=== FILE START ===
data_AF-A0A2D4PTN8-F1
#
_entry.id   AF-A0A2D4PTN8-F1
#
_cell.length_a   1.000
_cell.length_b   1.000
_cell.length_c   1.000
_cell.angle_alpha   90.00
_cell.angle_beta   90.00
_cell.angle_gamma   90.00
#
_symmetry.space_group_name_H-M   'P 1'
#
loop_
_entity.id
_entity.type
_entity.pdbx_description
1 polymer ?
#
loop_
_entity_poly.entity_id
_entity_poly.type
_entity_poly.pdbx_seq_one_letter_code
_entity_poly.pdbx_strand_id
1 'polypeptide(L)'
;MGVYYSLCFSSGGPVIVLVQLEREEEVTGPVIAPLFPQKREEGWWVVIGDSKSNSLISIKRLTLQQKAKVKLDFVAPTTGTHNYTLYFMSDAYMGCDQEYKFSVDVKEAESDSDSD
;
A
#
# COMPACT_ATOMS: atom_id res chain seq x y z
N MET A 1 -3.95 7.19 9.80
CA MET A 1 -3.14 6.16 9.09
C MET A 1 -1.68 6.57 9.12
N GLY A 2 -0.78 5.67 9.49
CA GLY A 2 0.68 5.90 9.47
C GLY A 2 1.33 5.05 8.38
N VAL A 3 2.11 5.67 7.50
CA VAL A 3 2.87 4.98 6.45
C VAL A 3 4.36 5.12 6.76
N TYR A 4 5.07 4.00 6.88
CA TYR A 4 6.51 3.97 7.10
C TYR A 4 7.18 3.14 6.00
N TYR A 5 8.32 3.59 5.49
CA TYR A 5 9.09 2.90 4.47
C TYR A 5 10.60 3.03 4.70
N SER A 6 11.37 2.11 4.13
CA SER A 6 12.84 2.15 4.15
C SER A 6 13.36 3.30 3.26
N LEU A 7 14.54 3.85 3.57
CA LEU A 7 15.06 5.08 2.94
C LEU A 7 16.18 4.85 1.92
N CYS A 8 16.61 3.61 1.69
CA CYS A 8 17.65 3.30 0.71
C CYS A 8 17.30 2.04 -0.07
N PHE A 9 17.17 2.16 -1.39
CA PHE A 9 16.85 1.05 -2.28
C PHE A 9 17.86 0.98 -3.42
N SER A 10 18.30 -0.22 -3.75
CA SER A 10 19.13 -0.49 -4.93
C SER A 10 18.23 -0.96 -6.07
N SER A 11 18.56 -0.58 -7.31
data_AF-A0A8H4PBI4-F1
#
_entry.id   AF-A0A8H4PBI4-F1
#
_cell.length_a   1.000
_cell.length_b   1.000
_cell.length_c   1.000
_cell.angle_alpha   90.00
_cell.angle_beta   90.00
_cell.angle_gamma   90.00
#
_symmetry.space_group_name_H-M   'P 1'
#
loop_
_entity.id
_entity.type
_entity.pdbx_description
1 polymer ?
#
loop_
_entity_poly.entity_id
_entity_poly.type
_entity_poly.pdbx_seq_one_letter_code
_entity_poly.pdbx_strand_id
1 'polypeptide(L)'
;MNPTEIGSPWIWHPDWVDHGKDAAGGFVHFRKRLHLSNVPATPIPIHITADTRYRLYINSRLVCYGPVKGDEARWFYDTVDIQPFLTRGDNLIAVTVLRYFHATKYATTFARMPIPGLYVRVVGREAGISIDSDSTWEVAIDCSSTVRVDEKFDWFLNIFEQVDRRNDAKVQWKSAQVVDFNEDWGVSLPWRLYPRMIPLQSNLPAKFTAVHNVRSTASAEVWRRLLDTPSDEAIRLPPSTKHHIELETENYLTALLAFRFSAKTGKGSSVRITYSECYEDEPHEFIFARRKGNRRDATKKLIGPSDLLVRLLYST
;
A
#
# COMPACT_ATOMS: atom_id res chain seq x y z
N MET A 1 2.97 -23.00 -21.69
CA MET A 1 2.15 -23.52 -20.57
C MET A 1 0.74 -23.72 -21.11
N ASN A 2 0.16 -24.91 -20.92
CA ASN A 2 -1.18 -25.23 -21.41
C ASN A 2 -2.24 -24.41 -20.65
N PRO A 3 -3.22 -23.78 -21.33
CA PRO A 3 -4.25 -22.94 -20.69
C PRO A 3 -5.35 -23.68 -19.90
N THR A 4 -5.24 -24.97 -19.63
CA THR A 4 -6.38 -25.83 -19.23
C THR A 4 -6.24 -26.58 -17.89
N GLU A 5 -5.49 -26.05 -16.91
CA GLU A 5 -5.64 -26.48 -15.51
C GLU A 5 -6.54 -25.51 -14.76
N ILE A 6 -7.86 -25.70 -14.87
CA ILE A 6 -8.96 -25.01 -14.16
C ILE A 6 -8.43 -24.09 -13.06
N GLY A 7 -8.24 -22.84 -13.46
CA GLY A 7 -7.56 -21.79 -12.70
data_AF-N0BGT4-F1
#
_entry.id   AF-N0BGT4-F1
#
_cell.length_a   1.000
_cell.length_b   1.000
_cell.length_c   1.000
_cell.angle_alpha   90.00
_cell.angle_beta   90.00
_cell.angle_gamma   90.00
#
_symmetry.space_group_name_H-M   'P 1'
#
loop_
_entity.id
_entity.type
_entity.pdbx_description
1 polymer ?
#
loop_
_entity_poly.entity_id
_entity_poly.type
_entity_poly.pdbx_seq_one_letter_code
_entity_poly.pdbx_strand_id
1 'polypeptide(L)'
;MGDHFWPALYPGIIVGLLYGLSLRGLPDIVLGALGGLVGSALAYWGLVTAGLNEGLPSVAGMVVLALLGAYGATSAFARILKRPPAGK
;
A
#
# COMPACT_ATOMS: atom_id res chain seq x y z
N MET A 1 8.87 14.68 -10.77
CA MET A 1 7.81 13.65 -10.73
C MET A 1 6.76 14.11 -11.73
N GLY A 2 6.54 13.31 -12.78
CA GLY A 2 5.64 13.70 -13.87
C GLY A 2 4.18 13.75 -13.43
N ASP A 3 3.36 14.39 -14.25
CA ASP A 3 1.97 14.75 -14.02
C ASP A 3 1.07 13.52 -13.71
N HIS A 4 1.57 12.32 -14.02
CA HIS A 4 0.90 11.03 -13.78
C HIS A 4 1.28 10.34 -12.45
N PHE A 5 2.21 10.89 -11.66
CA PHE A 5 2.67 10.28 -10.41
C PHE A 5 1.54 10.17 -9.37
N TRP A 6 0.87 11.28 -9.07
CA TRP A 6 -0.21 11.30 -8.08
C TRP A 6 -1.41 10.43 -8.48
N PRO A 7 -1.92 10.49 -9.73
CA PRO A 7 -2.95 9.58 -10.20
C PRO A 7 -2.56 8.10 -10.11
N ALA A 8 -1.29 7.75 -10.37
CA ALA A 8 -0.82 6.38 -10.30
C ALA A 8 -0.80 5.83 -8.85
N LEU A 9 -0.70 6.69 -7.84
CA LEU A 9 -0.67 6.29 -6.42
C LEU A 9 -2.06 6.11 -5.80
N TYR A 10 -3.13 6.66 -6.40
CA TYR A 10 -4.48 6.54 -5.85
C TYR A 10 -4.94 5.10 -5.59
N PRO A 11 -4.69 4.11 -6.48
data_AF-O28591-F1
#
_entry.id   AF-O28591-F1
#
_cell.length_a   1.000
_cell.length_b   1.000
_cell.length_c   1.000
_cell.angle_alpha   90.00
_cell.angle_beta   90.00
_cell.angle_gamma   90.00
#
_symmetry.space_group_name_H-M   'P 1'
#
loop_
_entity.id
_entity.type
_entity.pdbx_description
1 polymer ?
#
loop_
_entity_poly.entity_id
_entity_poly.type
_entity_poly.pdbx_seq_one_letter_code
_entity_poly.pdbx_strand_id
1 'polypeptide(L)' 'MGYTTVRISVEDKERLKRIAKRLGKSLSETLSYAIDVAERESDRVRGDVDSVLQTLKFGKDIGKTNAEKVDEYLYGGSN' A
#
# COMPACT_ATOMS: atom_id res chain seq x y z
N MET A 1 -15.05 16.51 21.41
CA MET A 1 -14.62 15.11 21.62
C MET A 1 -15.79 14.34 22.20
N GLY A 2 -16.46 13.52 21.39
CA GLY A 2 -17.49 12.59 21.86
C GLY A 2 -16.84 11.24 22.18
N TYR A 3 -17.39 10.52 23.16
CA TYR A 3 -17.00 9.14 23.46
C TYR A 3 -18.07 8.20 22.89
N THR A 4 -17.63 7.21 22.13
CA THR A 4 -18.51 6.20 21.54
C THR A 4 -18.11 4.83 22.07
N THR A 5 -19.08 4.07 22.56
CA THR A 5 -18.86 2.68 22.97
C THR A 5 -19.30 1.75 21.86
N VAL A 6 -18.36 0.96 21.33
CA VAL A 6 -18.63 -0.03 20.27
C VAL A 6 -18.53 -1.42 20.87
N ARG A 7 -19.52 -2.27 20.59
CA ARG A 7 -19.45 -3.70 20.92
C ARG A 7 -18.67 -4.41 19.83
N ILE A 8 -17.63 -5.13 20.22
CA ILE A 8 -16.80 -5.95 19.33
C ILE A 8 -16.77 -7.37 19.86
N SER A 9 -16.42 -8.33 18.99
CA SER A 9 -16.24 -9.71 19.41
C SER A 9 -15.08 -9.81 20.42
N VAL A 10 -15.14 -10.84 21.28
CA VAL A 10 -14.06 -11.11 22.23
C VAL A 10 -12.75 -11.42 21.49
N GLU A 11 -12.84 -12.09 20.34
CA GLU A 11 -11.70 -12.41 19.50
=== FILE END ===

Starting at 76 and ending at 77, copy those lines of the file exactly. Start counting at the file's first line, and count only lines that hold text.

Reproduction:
_entity.id
_entity.type